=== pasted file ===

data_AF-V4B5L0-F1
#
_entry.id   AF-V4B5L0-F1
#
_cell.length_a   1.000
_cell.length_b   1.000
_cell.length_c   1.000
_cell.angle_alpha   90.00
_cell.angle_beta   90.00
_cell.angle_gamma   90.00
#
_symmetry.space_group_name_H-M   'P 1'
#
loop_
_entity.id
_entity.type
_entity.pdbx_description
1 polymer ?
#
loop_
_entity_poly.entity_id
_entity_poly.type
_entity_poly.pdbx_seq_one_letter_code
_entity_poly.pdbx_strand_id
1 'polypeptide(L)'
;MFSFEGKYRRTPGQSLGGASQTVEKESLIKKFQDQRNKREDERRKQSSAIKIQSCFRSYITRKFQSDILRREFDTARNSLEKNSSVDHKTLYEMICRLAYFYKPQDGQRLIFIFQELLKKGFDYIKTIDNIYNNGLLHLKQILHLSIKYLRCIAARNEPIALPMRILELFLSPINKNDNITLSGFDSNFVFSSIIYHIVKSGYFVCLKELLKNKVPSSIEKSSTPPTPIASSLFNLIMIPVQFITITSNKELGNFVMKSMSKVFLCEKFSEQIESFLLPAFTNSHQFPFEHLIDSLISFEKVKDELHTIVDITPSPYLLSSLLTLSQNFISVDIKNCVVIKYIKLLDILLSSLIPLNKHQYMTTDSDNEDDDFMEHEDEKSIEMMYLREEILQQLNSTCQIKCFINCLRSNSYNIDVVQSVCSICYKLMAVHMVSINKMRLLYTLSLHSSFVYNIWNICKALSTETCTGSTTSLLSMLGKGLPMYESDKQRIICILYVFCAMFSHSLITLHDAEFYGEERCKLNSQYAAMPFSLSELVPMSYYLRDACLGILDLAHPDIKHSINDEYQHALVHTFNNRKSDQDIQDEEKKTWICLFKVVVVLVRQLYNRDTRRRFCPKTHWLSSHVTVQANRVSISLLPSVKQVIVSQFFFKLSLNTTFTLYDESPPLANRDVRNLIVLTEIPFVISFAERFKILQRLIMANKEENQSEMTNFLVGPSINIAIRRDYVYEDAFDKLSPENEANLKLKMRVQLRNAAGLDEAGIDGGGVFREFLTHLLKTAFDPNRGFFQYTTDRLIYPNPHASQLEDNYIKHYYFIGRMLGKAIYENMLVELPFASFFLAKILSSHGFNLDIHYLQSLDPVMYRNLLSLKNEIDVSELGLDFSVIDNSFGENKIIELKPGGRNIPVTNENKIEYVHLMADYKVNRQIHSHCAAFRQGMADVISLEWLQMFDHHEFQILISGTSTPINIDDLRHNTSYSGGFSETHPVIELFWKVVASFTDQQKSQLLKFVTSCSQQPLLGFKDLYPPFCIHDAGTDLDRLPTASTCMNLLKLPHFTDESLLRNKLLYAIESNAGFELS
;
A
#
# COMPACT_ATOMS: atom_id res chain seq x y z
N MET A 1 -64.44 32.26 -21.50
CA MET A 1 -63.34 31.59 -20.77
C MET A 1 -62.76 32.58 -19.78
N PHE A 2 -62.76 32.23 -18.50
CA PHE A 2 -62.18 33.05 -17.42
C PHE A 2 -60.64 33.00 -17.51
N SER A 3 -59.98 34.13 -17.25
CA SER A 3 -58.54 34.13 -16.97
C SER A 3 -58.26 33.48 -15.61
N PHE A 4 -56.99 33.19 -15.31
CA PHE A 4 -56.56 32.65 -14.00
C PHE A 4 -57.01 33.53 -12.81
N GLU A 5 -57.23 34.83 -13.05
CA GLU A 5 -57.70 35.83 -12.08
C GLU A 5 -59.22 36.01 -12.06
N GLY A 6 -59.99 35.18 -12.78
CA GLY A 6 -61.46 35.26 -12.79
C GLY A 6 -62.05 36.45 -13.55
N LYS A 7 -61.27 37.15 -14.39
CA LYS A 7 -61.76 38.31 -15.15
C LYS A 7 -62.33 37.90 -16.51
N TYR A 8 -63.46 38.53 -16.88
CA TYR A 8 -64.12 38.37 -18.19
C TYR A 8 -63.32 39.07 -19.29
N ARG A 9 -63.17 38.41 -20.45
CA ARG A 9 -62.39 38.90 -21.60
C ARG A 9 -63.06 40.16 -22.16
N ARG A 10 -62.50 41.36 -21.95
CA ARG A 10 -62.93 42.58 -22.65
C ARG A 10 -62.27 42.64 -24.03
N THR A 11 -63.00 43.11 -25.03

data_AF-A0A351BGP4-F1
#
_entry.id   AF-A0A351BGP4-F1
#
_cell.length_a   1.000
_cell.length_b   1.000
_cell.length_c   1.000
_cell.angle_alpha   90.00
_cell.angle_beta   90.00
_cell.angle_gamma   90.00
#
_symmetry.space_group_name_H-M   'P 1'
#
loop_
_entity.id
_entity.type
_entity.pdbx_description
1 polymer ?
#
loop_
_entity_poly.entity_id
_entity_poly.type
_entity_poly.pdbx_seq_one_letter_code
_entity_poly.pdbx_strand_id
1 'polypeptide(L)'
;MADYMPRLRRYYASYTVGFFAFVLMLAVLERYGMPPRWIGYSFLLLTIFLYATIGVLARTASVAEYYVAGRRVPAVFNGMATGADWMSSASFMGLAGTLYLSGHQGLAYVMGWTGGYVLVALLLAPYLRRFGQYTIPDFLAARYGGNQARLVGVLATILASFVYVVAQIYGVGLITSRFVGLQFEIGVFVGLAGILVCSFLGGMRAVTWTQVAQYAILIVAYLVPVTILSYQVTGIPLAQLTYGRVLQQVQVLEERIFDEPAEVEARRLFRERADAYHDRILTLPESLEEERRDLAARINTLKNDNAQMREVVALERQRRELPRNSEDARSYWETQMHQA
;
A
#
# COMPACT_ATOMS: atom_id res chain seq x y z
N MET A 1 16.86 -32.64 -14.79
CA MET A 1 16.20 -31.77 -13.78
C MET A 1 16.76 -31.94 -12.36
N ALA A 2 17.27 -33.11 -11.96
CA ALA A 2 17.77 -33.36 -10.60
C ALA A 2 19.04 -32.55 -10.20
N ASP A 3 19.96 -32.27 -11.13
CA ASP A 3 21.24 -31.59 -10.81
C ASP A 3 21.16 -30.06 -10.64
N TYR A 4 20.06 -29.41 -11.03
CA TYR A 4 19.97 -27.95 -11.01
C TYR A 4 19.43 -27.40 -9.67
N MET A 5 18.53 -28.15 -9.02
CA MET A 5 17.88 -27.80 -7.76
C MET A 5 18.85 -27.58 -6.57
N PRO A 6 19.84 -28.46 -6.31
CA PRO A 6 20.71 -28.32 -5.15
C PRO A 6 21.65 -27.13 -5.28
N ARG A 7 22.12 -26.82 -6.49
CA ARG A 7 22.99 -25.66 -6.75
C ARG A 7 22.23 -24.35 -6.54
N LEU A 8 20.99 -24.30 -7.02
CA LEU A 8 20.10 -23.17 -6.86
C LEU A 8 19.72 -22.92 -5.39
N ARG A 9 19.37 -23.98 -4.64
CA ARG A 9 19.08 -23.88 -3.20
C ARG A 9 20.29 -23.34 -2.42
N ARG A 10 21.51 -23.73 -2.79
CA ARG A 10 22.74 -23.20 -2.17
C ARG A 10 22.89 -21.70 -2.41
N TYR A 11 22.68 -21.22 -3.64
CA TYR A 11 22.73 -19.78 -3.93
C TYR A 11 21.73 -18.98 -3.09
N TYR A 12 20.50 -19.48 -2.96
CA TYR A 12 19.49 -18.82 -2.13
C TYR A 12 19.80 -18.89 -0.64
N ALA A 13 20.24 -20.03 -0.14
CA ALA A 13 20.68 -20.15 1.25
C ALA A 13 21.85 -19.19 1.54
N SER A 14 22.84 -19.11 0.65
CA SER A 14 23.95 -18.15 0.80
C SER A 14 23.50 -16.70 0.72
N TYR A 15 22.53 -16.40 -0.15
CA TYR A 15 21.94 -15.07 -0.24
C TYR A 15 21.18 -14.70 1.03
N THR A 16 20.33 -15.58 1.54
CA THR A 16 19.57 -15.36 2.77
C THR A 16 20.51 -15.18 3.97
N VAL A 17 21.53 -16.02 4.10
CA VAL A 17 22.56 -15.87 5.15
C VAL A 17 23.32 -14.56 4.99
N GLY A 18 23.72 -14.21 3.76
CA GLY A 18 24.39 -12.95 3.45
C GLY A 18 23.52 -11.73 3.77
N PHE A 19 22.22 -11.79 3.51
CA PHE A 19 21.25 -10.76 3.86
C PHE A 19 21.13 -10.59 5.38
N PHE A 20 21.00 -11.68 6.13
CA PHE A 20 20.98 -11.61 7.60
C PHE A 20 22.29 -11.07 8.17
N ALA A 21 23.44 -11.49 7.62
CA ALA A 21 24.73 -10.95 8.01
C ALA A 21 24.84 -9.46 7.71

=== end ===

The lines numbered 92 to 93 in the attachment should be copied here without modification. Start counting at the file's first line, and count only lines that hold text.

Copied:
N MET A 1 16.86 -32.64 -14.79
CA MET A 1 16.20 -31.77 -13.78